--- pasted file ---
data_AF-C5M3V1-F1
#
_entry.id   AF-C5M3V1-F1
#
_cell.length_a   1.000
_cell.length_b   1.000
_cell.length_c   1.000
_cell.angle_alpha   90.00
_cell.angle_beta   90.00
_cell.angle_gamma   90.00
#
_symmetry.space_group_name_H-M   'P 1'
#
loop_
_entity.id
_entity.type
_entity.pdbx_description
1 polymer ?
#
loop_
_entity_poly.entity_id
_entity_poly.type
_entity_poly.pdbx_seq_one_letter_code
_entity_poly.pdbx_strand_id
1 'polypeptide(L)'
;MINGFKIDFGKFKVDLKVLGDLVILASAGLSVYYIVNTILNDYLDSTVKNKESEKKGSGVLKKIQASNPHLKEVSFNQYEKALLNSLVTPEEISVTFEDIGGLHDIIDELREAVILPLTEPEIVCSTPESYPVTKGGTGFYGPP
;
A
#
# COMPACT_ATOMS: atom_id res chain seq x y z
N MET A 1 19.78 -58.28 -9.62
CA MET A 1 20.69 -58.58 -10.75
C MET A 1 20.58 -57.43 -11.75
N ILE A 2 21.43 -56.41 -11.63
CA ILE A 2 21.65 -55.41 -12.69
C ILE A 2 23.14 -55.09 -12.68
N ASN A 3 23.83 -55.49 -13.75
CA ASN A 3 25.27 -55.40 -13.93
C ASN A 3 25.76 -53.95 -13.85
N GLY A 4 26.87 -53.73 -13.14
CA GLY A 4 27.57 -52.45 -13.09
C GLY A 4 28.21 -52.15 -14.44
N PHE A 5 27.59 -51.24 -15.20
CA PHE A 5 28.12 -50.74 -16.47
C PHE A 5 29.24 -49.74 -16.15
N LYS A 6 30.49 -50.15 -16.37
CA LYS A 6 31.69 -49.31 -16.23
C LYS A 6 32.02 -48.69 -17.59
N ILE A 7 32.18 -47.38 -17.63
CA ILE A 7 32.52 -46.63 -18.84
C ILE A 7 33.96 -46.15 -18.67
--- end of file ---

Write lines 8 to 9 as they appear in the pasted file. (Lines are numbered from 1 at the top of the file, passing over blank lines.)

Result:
_cell.angle_alpha   90.00
_cell.angle_beta   90.00